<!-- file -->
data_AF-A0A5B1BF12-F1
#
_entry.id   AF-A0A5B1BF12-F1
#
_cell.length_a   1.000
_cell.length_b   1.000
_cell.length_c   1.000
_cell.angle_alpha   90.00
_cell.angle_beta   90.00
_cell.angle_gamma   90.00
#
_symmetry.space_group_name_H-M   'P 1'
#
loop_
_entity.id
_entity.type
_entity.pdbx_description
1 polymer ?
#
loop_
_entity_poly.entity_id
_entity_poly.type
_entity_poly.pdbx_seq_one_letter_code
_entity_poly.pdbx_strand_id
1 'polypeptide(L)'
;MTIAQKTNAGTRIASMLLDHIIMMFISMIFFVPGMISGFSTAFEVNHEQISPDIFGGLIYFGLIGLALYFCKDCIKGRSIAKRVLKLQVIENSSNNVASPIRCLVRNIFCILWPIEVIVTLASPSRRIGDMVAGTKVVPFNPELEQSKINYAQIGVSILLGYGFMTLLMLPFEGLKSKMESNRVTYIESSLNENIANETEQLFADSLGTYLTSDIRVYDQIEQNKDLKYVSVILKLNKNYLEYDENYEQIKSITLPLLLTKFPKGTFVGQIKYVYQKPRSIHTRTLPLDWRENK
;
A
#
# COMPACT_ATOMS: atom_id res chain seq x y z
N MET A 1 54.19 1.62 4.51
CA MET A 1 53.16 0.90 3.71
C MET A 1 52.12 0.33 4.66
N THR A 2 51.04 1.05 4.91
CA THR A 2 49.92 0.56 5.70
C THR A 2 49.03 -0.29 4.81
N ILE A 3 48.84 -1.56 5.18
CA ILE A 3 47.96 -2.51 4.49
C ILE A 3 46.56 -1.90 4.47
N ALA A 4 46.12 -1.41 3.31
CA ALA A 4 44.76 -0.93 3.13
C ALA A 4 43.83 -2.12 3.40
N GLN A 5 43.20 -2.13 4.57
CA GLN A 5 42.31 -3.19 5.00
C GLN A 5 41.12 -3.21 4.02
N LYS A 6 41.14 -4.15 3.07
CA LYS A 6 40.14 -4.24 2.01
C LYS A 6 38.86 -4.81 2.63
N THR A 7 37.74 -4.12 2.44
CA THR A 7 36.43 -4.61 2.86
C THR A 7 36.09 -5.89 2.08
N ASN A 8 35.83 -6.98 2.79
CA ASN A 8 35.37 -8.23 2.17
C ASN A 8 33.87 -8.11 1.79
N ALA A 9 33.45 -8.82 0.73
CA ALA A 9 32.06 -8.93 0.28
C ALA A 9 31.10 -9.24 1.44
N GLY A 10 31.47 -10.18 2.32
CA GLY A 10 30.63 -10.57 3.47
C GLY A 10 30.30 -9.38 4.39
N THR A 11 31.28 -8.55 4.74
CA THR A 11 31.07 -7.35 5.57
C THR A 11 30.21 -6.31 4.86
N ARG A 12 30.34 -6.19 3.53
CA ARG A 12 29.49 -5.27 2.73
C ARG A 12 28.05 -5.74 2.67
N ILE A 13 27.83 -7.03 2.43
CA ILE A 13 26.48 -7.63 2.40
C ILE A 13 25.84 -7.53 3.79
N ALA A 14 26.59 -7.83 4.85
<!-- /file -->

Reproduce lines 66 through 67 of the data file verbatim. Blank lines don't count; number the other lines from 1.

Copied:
C ARG A 12 28.05 -5.74 2.67
N ILE A 13 27.83 -7.03 2.43